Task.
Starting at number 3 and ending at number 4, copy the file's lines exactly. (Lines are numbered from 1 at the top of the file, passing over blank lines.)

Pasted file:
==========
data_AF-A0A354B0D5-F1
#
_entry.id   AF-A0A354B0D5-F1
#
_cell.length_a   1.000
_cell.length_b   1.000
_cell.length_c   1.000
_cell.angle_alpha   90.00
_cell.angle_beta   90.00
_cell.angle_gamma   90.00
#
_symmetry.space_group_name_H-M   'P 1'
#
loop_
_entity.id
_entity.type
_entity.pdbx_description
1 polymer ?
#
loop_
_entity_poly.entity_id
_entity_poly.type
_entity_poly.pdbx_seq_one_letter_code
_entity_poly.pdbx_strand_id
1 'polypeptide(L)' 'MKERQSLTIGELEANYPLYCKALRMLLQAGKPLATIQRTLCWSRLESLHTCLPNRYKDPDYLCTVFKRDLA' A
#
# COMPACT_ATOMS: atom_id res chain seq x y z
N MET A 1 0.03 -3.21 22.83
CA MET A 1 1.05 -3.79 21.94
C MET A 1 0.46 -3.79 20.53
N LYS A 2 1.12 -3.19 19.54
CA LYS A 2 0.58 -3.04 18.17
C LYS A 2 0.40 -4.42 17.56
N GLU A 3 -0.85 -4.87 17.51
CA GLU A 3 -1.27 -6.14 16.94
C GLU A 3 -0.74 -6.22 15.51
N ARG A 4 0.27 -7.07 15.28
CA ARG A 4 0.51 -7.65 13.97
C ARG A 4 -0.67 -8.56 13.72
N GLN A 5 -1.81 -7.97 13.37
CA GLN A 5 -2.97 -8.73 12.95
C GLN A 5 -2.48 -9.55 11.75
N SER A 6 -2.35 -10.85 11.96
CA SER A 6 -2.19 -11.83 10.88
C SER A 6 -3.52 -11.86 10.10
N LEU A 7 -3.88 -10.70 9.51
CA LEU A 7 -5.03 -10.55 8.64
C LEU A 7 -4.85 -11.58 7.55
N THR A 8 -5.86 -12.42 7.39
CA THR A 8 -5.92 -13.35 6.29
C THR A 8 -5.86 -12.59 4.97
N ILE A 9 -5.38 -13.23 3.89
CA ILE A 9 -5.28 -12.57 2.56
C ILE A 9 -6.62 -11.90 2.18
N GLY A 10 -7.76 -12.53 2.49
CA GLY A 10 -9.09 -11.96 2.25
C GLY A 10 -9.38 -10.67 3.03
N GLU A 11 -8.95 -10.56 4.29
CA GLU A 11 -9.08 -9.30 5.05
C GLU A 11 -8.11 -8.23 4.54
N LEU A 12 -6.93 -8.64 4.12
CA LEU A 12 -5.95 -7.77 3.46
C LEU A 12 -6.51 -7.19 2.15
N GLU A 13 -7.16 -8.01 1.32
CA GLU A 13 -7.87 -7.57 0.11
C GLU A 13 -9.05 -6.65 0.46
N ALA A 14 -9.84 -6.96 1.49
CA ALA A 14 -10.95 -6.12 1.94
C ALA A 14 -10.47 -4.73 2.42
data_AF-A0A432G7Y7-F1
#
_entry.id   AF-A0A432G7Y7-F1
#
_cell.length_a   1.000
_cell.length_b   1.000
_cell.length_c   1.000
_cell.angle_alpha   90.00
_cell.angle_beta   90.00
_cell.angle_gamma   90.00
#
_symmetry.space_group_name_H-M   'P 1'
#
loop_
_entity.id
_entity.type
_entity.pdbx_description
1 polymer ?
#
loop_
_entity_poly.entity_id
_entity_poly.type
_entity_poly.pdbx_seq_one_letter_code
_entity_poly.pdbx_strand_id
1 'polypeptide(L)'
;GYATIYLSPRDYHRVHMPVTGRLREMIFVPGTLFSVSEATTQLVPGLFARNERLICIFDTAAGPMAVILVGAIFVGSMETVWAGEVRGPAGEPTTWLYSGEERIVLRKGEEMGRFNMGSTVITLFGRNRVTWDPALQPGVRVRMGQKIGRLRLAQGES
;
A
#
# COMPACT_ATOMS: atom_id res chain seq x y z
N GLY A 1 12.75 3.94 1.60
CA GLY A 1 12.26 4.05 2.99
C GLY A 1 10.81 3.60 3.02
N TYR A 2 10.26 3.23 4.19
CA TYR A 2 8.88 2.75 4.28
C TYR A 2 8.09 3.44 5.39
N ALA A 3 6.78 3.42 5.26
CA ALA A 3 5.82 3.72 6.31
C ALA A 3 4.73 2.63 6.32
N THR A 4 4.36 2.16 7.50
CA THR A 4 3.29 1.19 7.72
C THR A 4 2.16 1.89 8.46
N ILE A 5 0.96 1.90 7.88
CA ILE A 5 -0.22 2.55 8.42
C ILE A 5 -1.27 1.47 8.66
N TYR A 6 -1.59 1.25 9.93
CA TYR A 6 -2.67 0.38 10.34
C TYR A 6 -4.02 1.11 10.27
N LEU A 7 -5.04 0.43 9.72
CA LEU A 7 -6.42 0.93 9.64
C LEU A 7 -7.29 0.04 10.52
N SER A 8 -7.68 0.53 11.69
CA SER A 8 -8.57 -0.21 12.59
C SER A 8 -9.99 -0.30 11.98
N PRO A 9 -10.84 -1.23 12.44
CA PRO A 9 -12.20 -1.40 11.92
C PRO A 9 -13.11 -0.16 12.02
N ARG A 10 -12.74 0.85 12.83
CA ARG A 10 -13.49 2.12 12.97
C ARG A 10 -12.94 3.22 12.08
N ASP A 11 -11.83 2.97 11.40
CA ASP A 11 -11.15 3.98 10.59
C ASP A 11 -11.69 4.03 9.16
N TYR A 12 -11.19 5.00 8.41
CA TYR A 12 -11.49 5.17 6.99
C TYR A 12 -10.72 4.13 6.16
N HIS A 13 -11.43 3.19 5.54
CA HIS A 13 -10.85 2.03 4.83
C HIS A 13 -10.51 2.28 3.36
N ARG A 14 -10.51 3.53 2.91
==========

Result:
_entry.id   AF-A0A354B0D5-F1
#